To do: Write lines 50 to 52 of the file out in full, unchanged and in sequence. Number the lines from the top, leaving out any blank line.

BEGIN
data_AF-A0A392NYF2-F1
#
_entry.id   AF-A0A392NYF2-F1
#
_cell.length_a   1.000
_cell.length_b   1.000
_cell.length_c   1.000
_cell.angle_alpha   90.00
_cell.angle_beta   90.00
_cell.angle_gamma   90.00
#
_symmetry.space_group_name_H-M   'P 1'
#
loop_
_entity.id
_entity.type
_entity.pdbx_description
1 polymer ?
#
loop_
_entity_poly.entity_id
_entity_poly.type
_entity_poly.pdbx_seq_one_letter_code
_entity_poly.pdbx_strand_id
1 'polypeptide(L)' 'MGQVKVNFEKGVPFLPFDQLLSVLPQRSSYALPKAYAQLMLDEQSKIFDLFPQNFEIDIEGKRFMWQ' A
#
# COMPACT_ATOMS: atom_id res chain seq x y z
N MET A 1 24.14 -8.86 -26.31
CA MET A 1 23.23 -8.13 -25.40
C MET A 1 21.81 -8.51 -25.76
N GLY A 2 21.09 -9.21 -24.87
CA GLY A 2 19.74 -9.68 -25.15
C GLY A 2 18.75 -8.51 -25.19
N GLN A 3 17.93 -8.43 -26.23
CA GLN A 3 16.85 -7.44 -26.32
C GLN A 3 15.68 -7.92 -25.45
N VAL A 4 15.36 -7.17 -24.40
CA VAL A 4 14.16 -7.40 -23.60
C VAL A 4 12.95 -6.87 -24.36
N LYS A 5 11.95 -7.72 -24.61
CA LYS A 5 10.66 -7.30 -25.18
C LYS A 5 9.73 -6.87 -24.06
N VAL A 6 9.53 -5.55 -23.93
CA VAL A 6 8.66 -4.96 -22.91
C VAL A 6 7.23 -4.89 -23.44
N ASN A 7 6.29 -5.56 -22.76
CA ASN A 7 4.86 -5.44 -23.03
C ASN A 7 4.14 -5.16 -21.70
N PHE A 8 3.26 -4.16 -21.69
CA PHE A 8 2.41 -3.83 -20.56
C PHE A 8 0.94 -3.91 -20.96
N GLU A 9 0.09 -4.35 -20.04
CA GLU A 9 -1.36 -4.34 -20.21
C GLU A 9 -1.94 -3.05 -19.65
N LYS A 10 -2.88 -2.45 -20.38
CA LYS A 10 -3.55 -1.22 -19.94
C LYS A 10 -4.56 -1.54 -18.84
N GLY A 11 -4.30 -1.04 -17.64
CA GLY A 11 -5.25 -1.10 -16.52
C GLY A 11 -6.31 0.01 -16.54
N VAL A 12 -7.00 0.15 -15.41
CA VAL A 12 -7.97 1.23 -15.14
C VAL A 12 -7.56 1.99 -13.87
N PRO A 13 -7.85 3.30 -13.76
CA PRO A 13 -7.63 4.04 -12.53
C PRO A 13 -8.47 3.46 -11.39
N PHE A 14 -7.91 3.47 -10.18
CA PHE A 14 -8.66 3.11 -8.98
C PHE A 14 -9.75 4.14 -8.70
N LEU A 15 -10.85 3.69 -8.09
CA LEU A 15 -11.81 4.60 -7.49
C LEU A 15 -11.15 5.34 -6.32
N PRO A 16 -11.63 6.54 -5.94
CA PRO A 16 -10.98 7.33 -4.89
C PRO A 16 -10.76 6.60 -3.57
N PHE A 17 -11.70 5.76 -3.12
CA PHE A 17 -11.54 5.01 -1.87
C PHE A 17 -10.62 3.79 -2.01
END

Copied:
CA PHE A 8 2.41 -3.83 -20.56
C PHE A 8 0.94 -3.91 -20.96
N GLU A 9 0.09 -4.35 -20.04